If you are a freelancer writer, you know what you’re good for–you get the jobs the in-house writers can’t manage, don’t want, or that take up too much corporate time. You don’t get to share the sheet cake when the job is done, but you get a check–the equivalent of leaving money on the nightstand.
Now, I ask, is this a bad thing? It depends on your perspective. If you long to be the word-wife with a house and white-picket office, a flower-box window view, and 2.5 weeks of vacation a year, then freelancing simply is not for you.
If you are the tough writer with a heart of gold, if you don’t mind getting last-minute calls when you’re desperately needed, but not loved, then freelancing is the life for you. The voice at the other end of the phone pleads for your time because he’s spent the night on the couch in the office, after the angry words in staff meeting. Or the phone rings because the regular writer has a headache. You get work because its tedious or other writers have refused. If this seems part of your working life, you are ready to strut on the street with the other freelancers, showing your stuff. You will never be invited to the holiday party, and you won’t be publicly recognized in meetings. You have to be able to take that. It’s a good life, though.
Like the original working woman, your power is behind the scenes. You are called on to perform the work that is too dirty or too hard for in-house writers. But you get paid well (only if you set the price firmly ahead of time) and get respect (only if you don’t let the client treat you like, umm, you know. . .)
If you are very good, you can become a word mistress. Everyone knows who you are, you get smiled at when you visit, but people don’t know exactly how to treat you in the office. They might defer to you in public, but they talk about you behind your back. You don’t get benefits, but you earn enough to buy them for yourself. In your client’s conference room, however, you do your work well and are appreciated while the door is closed. Back in the outside world, you are talent for sale.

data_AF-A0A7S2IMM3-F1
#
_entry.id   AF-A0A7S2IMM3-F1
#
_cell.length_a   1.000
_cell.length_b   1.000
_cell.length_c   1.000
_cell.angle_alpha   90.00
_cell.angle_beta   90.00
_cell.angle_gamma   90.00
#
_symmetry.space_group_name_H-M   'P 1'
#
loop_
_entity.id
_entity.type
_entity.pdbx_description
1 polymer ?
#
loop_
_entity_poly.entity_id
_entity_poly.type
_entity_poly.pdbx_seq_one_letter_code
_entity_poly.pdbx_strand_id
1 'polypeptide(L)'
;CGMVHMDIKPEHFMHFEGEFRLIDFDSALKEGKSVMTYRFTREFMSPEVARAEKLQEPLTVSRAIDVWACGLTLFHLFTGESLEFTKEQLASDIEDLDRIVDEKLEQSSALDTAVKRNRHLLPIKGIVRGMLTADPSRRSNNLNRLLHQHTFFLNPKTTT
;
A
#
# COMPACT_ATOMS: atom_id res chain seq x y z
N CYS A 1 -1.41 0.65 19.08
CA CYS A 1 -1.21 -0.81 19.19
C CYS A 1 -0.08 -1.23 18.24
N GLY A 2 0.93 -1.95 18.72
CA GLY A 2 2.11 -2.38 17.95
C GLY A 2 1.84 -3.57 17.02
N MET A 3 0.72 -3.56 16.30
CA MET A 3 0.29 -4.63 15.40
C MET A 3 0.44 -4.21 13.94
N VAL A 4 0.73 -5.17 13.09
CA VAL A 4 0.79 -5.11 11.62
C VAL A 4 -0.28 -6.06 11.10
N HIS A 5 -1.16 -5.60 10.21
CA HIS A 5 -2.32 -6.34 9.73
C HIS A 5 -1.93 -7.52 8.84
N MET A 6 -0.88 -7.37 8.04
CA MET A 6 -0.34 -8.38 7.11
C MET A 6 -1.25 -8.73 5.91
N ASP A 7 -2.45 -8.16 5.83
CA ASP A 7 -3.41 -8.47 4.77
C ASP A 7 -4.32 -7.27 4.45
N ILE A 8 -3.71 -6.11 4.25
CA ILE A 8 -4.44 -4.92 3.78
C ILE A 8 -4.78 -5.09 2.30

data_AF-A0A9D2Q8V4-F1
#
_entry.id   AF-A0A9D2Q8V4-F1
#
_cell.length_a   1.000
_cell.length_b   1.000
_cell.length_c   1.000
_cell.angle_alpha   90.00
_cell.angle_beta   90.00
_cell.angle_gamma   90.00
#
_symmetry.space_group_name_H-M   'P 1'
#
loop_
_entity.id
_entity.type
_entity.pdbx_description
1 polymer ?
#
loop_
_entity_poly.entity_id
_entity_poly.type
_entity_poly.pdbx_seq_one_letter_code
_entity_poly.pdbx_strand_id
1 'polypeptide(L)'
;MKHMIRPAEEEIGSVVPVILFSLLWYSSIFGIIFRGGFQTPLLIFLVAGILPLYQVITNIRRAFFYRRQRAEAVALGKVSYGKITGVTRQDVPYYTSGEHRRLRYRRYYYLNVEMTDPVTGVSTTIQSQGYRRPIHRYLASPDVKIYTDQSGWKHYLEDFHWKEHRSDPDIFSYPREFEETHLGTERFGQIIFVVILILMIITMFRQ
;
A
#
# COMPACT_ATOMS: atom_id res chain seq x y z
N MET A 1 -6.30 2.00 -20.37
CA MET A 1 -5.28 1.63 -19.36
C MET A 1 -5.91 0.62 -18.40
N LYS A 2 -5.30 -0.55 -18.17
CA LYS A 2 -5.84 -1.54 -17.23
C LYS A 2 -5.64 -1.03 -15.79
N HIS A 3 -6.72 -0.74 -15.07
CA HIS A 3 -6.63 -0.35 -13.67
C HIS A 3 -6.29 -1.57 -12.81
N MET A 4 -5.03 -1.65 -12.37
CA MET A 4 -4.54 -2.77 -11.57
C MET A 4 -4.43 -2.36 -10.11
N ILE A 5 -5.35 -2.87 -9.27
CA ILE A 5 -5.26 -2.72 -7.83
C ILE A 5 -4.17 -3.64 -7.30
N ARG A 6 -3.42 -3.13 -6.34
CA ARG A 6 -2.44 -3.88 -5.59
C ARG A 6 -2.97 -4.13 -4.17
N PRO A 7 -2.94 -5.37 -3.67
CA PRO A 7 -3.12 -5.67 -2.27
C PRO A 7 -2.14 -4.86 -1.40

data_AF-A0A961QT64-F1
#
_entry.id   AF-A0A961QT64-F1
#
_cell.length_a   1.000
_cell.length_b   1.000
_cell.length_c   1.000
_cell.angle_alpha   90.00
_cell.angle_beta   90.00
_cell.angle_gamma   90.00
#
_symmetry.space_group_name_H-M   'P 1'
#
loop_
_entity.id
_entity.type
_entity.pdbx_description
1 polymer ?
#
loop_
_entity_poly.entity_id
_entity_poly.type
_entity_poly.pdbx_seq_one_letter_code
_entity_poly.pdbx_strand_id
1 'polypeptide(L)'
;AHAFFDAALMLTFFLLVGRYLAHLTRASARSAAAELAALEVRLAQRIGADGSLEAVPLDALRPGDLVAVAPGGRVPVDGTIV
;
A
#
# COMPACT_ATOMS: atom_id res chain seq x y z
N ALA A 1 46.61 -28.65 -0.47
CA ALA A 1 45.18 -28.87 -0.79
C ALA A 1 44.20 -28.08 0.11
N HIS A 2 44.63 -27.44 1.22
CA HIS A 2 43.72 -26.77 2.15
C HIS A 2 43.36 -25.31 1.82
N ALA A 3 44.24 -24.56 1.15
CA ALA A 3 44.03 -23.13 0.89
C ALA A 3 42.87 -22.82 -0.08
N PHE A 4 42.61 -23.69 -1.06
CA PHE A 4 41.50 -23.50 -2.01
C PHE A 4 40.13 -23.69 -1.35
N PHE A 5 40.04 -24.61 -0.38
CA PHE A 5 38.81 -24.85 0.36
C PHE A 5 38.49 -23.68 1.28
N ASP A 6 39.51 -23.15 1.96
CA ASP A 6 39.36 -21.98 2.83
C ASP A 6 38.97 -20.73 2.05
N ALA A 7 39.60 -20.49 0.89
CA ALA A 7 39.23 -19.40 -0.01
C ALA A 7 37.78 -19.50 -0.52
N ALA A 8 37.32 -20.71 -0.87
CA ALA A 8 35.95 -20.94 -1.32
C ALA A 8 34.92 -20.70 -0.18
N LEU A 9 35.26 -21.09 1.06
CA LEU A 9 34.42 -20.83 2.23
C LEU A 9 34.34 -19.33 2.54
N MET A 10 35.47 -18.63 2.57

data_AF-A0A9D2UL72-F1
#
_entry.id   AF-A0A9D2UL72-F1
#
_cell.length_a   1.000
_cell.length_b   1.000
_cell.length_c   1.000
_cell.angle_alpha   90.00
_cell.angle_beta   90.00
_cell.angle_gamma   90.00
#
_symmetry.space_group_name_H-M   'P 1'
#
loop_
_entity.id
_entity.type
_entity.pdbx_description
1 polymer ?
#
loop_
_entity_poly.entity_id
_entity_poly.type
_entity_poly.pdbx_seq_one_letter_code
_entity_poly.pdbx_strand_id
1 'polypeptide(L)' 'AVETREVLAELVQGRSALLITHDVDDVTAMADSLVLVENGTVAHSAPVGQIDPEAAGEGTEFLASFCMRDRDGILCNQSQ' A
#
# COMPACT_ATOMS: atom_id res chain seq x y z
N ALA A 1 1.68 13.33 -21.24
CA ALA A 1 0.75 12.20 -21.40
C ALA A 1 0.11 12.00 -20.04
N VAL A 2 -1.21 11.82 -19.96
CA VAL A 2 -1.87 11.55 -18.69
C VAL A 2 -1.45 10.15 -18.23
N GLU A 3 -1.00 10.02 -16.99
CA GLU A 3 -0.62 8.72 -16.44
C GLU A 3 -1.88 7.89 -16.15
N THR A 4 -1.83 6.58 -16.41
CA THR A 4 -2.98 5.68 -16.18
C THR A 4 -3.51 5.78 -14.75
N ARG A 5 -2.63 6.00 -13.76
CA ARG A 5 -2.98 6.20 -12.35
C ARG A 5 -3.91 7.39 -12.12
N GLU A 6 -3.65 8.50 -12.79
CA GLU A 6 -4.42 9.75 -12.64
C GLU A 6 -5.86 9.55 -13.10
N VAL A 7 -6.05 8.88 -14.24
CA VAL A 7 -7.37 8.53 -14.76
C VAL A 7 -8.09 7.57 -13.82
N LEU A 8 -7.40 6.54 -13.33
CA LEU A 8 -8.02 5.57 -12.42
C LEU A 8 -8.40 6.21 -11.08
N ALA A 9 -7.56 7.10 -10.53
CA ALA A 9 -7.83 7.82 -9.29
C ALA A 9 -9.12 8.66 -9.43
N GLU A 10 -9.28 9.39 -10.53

You won’t get a lot of proud recognition, and if you start to look needy, you’ll get dropped. Each client wants to think you work for them alone and are always available just for them. Don’t parade one client’s writing adventures in front of another, but do let them benefit from the vast experience you have, how nimble you are, how you can switch positions within the company. You may have to wear a mask or costume–be a marketer one day, a bean-counter the next, a tech expert the day after. But versatility is valued.
The word whore can occasionally become the word wife–by getting a corporate job. Yes, it gives you a certain security, maybe benefits, but in your heart you know sooner or later the corporation will turn you out for a trophy writer, a younger, cheaper version without the experience, but with a generous capacity for swilling Kool-Aid.
So choose your game wisely and with truth in your heart. You’ll be happy in your chosen profession.
* Whore is an ancient original of the word ‘ho. Whore, however, has a great deal more dignity and colorful history. Never call a freelancer a word ‘ho. It’s insulting.
–Quinn McDonald is a freelance writer, creativity coach and trainer in the field of business communication. See her work at QuinnCreative.com (c) 2008, 2011 All rights reserved.